Date of Award
Open Access Thesis
Doctor of Nursing Practice (DNP)
Yale University School of Nursing
Shelli L. Feder
Multimodal Opioid-Sparing Analgesia: Increasing Regimen Adherence in Minimally Invasive Abdominal SurgeryIn 2016, the CDC estimated 11.5 million persons in the United States, aged 12 years and older, misused opioids in the past year. The opioid epidemic poses a challenge to the healthcare profession as it continues to care for, treat, and manage pain with associated complications from opioid dependence. Patients who primarily use opioids for pain control postoperatively and at discharge are at a 44% increased risk for opioid dependence after only five days of use. The incorporation of multimodal analgesia and opioid-sparing approaches has led to improved pain management with decreased opioid consumption. However, upon further evaluation, regimen adherence among clinicians is crucial to ensuring postoperative pain is adequately managed. This DNP project aimed to modify a current multimodal opioid-sparing analgesic regimen in a surgical division to increase clinician adherence, decrease opioid consumption, and evaluate patient satisfaction with the pain regimen. Despite a small number of patients, this project found that increased adherence to the regimen led to a decrease in opioid consumption in the postoperative inpatient setting. Additionally, patients were satisfied with the pain regimen and pain control. This project provides a framework for healthcare providers to implement among postoperative minimally invasive surgical patients to increase clinician adherence and patient satisfaction while decreasing opioid consumption.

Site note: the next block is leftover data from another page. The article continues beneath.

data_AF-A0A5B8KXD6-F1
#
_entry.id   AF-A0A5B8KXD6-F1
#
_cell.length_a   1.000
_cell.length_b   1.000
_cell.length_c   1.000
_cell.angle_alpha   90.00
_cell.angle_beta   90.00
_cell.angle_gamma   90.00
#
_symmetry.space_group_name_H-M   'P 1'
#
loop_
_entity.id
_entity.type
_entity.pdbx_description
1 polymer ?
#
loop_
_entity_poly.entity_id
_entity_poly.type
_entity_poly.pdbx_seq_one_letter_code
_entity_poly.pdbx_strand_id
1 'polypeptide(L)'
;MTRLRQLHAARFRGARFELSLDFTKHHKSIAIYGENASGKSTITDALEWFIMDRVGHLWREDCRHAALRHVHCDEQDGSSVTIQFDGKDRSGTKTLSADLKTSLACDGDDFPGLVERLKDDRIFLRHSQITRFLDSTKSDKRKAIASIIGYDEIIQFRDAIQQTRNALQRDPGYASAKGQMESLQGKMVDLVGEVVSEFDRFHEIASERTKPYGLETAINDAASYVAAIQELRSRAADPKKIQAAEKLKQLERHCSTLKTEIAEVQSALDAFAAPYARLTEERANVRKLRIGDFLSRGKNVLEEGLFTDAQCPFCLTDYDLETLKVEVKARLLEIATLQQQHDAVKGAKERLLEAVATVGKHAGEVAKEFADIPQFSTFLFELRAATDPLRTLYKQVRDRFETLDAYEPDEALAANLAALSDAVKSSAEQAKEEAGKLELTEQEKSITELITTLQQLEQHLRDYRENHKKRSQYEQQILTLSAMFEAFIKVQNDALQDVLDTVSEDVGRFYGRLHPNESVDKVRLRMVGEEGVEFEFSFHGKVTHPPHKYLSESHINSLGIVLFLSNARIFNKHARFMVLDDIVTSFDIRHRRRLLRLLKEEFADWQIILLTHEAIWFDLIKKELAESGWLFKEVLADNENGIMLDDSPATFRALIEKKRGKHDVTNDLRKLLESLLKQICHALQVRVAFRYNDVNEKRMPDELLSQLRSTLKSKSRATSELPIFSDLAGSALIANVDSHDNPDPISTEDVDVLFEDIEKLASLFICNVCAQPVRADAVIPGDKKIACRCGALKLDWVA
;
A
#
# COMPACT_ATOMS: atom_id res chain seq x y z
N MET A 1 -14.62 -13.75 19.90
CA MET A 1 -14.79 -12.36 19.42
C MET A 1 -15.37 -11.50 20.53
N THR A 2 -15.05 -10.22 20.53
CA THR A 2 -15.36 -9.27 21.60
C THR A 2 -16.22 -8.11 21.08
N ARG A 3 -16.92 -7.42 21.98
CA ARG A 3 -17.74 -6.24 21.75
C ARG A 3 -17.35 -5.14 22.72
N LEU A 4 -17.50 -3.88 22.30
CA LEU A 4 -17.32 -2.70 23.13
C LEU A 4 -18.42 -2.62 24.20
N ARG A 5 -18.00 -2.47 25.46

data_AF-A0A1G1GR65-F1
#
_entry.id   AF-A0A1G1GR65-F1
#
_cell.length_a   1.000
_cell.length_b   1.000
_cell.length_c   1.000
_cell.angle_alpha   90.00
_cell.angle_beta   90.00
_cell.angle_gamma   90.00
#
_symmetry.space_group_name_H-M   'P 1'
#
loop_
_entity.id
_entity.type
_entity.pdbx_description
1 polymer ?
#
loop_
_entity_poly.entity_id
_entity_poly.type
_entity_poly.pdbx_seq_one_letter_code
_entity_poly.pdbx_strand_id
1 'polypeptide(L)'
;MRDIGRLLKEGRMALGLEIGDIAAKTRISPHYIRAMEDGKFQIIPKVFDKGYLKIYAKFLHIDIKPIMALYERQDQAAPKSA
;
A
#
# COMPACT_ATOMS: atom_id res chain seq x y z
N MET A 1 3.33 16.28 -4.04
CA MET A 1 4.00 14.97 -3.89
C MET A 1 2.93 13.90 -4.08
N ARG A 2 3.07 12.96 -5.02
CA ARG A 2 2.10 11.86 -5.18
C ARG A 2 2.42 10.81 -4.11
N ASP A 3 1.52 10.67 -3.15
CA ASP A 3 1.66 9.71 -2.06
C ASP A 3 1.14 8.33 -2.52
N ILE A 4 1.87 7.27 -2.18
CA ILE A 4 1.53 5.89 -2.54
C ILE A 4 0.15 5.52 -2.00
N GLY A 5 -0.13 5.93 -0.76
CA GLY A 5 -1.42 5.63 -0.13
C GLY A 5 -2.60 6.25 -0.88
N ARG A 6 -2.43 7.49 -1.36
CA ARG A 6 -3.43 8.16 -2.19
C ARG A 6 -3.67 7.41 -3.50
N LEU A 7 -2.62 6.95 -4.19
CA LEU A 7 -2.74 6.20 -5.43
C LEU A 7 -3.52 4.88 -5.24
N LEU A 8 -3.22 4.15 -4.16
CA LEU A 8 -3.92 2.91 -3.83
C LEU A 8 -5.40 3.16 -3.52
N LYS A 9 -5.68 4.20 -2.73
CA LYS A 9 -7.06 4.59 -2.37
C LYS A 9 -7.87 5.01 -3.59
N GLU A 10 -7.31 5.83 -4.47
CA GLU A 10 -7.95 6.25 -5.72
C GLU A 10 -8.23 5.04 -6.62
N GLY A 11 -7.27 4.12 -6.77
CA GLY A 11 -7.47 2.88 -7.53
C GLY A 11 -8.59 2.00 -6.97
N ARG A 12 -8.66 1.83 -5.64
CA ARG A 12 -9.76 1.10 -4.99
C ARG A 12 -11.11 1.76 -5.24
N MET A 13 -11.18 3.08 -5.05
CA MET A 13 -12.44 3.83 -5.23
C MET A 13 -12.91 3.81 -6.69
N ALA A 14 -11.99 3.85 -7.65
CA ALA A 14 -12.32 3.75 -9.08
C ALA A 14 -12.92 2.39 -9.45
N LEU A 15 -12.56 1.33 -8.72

Kittipha, Panicha F., "Multimodal Opioid-Sparing Analgesia: Increasing Regimen Adherence In Minimally Invasive Abdominal Surgery" (2023). Yale School of Nursing Digital Theses. 1154.
This Article is Open Access